It's so easy to slip into bad habits when you feel good but I am trying to get my system under control (ha!) and like everything, it gets easier with time.

Thank you for all the helpful info, I will keep my eye on your blog and twitter!

Saving Yia Yia May 4, 2010 at 9:06:00 AM PDT  

Thank you I love your post. I have been researching for 4 years now to help my mother-in-law. Although she is 85 and there are other issues the last 4 years with her stomach have been rough.

She has now been diagnosed with SIBO I finally got someone to listen to me. She is just starting the antibiotic and feels wonderful. I know the next step is probiotics but I am still not sure how to attach the diet end. Is thee a simple list of foods that should a no no? Below is her history ina nut shell. I need help to help her I am so unsure about the diet.
My Mother in law was diagnosed with IBS 4 years ago. I have made it my mission to help this woman. After 4 years of researching IBS, a friend that was diagnosed with SIBO and a very nice Doctor I hope she is on the rode to recovery.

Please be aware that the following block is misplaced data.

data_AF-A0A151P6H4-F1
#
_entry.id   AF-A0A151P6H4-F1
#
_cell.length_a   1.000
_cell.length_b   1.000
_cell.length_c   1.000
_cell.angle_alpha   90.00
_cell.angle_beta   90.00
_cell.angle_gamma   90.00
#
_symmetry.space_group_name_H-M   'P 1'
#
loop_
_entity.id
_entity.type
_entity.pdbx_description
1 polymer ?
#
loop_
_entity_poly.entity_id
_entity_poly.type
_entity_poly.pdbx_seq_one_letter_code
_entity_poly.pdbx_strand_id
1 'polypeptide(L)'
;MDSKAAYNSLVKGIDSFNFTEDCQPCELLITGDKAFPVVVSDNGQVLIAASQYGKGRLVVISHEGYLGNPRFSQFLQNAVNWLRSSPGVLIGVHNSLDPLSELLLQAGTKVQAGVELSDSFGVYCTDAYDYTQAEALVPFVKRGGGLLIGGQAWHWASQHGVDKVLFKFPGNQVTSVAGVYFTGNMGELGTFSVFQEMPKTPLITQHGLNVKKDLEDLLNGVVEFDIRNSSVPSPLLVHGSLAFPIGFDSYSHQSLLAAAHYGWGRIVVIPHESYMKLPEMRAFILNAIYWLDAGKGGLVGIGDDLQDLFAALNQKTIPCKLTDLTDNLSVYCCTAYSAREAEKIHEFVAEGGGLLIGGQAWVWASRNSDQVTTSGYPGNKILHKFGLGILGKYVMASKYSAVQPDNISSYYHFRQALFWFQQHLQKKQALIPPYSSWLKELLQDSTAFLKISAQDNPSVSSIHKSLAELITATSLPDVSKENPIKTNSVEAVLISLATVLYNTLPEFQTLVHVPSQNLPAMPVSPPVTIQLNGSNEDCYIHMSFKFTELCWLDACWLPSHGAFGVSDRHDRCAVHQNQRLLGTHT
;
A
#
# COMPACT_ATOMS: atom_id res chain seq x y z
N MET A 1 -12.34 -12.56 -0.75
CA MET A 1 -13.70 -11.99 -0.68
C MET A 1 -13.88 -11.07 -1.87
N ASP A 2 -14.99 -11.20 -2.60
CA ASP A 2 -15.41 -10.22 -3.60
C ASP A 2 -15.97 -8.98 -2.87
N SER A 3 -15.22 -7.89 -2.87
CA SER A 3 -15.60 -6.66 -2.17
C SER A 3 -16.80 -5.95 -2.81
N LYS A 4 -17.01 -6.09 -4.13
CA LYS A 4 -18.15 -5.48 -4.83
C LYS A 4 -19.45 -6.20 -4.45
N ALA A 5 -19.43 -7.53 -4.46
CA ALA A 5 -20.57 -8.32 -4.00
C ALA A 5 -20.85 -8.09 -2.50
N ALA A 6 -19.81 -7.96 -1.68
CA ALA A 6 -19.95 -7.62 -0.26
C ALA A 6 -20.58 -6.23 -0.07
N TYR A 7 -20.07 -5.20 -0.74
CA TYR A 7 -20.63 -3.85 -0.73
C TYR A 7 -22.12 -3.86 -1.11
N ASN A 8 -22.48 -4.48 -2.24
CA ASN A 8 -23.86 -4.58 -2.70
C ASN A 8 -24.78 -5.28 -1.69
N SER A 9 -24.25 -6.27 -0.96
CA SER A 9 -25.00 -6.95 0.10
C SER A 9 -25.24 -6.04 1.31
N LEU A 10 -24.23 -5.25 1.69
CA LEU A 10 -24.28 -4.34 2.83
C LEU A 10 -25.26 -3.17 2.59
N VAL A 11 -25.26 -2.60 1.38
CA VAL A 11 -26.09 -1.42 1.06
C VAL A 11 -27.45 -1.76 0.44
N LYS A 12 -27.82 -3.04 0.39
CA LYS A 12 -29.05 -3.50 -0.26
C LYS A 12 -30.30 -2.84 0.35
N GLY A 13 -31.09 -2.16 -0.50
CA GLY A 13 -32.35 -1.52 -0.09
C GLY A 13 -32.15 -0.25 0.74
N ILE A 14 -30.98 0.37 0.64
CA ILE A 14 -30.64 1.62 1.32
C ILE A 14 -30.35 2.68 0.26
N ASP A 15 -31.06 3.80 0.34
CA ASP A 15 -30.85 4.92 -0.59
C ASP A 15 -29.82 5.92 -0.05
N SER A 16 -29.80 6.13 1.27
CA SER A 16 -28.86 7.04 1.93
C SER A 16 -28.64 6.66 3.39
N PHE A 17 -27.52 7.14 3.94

She is the sweetest woman.
Four years ago she had a Hernia operation that ended up infected and literally exploded while she was at home. Since then she has never been the same. There were times I didn't think she would make it. Her gastrologist was treating her for IBS so I researched and I showed her how the diet should work. At least then we had the diarrhea under control and she could leave the house for short period of times.

A friend told me about SIBO last summer. When I brought it up to my mother-in-laws doctor he really didn't know too much about it. I told him I read that it is treated with antibiotics and probiotics. So he put her on Tetracycline. Within a day it was like a miracle. This continued for 8 months and she was down to 1 pill a day. Next came the hydrogen test it came back negative. I asked her doctor why is the Tetracycline working he had no answers. I am not convinced she doesn't have SIBO so I ask if he could refer us to this Doctor I wanted her to see he agreed and she agree's to see this new doctor.